We aimed to determine the temporal transcription profile of all 223 annotated VACV ORFs during infection. HeLa cells were chosen as hosts because they support productive infection and are commonly used for growing VACV stocks (21). Cells were infected at high density and with a high multiplicity (MOI = 10) of VACWR to give synchronous infection. A tiling array containing 25-mer DNA probes interrogated both strands of the VACV genome at a 4-nt resolution. To facilitate the comparison of probe signal intensity among the different arrays, background subtraction and normalization steps were required (see Materials and Methods).

An overview of the tiling array technique is presented in Fig. 1A. It shows probe signal intensity from a sample taken 2 h postinfection (hpi) covering ≈7 kb of the forward strand including VACWR-124 and -127. The signal intensities of probes lying completely within an ORF are pooled to calculate the median signal intensity and used for significance testing. Visual examination of the data provided confidence in the power of the method to resolve adjacent ORFs and also revealed unexpected complexities in VACV transcription. For example, a stretch of high signal continues well past the end of VACWR-027, indicating that this early transcript has an uncharacteristically long 3′ untranslated region (Fig. 1A).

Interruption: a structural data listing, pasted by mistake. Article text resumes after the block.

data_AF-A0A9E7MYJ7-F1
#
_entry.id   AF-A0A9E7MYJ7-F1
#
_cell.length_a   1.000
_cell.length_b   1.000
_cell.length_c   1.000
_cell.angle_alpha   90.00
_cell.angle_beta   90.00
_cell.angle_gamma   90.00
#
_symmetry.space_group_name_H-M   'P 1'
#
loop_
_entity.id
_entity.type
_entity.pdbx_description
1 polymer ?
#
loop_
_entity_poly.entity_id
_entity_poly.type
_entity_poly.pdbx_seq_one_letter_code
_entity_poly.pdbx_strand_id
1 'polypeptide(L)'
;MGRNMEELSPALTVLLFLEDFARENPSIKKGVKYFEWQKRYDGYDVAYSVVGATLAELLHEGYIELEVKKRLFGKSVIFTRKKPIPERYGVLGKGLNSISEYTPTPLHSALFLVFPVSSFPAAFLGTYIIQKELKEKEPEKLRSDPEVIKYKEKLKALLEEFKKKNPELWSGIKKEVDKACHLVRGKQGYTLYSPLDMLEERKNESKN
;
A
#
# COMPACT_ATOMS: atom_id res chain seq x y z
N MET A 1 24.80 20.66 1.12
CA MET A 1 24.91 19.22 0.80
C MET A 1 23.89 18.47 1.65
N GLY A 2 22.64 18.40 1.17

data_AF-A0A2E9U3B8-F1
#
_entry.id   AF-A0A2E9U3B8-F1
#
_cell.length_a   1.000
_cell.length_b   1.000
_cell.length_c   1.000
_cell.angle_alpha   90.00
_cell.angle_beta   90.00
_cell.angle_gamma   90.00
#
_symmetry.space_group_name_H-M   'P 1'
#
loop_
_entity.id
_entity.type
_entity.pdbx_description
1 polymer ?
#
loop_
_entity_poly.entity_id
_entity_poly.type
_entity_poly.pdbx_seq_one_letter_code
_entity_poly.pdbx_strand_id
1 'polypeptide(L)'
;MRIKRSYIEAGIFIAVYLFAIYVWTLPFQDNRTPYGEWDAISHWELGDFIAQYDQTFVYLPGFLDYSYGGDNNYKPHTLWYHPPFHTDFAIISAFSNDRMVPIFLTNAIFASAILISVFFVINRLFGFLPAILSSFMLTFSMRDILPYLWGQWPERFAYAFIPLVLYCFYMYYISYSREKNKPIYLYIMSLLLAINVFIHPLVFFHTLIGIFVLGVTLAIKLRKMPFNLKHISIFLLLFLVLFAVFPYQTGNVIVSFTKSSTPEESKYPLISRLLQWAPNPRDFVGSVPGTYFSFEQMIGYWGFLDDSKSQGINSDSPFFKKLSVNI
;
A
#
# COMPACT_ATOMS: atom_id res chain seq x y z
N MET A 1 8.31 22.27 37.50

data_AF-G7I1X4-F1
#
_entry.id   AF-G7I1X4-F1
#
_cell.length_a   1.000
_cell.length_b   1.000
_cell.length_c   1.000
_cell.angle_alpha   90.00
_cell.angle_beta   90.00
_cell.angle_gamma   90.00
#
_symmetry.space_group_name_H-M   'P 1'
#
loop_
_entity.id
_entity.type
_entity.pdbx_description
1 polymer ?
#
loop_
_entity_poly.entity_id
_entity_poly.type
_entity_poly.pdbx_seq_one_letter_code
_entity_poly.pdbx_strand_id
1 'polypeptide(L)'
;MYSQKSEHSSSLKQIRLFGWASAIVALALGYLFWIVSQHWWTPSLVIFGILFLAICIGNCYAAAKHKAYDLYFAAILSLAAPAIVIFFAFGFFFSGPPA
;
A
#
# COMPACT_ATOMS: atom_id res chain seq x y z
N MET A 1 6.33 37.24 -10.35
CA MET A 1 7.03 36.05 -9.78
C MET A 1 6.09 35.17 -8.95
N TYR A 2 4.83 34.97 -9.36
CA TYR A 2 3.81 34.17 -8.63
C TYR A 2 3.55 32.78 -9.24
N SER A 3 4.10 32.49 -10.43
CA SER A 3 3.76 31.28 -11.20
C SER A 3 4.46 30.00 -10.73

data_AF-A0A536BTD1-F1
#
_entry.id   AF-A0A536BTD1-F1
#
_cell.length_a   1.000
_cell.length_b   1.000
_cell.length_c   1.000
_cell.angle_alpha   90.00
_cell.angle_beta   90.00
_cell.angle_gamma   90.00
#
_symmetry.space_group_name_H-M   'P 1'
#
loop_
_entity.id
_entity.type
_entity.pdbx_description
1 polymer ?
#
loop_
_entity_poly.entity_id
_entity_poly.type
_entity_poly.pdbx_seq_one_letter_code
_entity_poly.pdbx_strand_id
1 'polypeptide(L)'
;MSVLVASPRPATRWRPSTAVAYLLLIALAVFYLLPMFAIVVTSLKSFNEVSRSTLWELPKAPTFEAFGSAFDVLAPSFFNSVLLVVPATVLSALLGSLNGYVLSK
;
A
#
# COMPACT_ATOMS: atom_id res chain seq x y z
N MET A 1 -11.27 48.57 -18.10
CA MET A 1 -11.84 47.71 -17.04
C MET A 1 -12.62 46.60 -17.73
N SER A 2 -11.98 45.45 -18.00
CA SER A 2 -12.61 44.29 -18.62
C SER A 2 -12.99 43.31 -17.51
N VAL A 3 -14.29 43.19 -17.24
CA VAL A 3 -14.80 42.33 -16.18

Fig. 1.
Validation of the genome tiling array technology. (A) Shown is an overview of the genome tiling array technique including probe signal intensity of a sample from 2 hpi, covering ≈7 kb of the forward strand. ORFs VACWR-124 and VACWR-127 are indicated. ...